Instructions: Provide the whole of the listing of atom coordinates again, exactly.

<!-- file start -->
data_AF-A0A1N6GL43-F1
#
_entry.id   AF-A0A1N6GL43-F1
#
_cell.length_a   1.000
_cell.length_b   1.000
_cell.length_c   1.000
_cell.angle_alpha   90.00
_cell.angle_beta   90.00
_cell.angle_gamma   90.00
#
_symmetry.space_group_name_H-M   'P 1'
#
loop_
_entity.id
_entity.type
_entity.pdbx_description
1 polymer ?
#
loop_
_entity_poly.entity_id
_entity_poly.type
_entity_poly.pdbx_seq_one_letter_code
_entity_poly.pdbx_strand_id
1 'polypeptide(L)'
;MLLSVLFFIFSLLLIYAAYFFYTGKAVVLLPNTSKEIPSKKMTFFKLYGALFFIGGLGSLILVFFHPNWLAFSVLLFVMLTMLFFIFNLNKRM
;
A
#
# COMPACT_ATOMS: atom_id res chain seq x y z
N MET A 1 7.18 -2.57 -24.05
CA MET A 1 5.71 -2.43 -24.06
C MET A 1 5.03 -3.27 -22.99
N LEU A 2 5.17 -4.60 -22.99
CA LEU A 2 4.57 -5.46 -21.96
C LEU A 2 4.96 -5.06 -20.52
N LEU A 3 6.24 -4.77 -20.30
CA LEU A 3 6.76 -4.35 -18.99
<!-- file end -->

data_AF-A0A1N6GL43-F1
#
_entry.id   AF-A0A1N6GL43-F1
#
_cell.length_a   1.000
_cell.length_b   1.000
_cell.length_c   1.000
_cell.angle_alpha   90.00
_cell.angle_beta   90.00
_cell.angle_gamma   90.00
#
_symmetry.space_group_name_H-M   'P 1'
#
loop_
_entity.id
_entity.type
_entity.pdbx_description
1 polymer ?
#
loop_
_entity_poly.entity_id
_entity_poly.type
_entity_poly.pdbx_seq_one_letter_code
_entity_poly.pdbx_strand_id
1 'polypeptide(L)'
;MLLSVLFFIFSLLLIYAAYFFYTGKAVVLLPNTSKEIPSKKMTFFKLYGALFFIGGLGSLILVFFHPNWLAFSVLLFVMLTMLFFIFNLNKRM
;
A
#
# COMPACT_ATOMS: atom_id res chain seq x y z
N MET A 1 7.18 -2.57 -24.05
CA MET A 1 5.71 -2.43 -24.06
C MET A 1 5.03 -3.27 -22.99
N LEU A 2 5.17 -4.60 -22.99
CA LEU A 2 4.57 -5.46 -21.96
C LEU A 2 4.96 -5.06 -20.52
N LEU A 3 6.24 -4.77 -20.30
CA LEU A 3 6.76 -4.35 -18.99